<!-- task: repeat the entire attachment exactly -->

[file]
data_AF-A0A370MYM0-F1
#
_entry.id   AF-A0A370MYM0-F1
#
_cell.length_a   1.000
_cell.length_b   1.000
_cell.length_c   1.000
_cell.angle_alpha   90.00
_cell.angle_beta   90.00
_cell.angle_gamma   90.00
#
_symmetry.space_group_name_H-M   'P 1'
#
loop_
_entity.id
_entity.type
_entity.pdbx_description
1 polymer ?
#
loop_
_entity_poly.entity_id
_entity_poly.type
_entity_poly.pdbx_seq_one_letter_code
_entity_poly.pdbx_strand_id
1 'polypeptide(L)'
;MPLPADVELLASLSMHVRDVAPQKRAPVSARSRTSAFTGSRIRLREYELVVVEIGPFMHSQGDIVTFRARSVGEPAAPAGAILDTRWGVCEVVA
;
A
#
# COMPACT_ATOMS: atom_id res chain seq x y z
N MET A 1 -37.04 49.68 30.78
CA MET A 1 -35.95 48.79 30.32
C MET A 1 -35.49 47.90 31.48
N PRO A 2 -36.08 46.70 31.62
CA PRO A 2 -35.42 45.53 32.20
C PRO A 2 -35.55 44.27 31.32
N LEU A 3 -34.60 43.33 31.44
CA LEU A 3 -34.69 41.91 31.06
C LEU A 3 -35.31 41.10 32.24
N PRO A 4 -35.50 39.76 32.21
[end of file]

data_AF-A0A370MYM0-F1
#
_entry.id   AF-A0A370MYM0-F1
#
_cell.length_a   1.000
_cell.length_b   1.000
_cell.length_c   1.000
_cell.angle_alpha   90.00
_cell.angle_beta   90.00
_cell.angle_gamma   90.00
#
_symmetry.space_group_name_H-M   'P 1'
#
loop_
_entity.id
_entity.type
_entity.pdbx_description
1 polymer ?
#
loop_
_entity_poly.entity_id
_entity_poly.type
_entity_poly.pdbx_seq_one_letter_code
_entity_poly.pdbx_strand_id
1 'polypeptide(L)'
;MPLPADVELLASLSMHVRDVAPQKRAPVSARSRTSAFTGSRIRLREYELVVVEIGPFMHSQGDIVTFRARSVGEPAAPAGAILDTRWGVCEVVA
;
A
#
# COMPACT_ATOMS: atom_id res chain seq x y z
N MET A 1 -37.04 49.68 30.78
CA MET A 1 -35.95 48.79 30.32
C MET A 1 -35.49 47.90 31.48
N PRO A 2 -36.08 46.70 31.62
CA PRO A 2 -35.42 45.53 32.20
C PRO A 2 -35.55 44.27 31.32
N LEU A 3 -34.60 43.33 31.44
CA LEU A 3 -34.69 41.91 31.06
C LEU A 3 -35.31 41.10 32.24
N PRO A 4 -35.50 39.76 32.21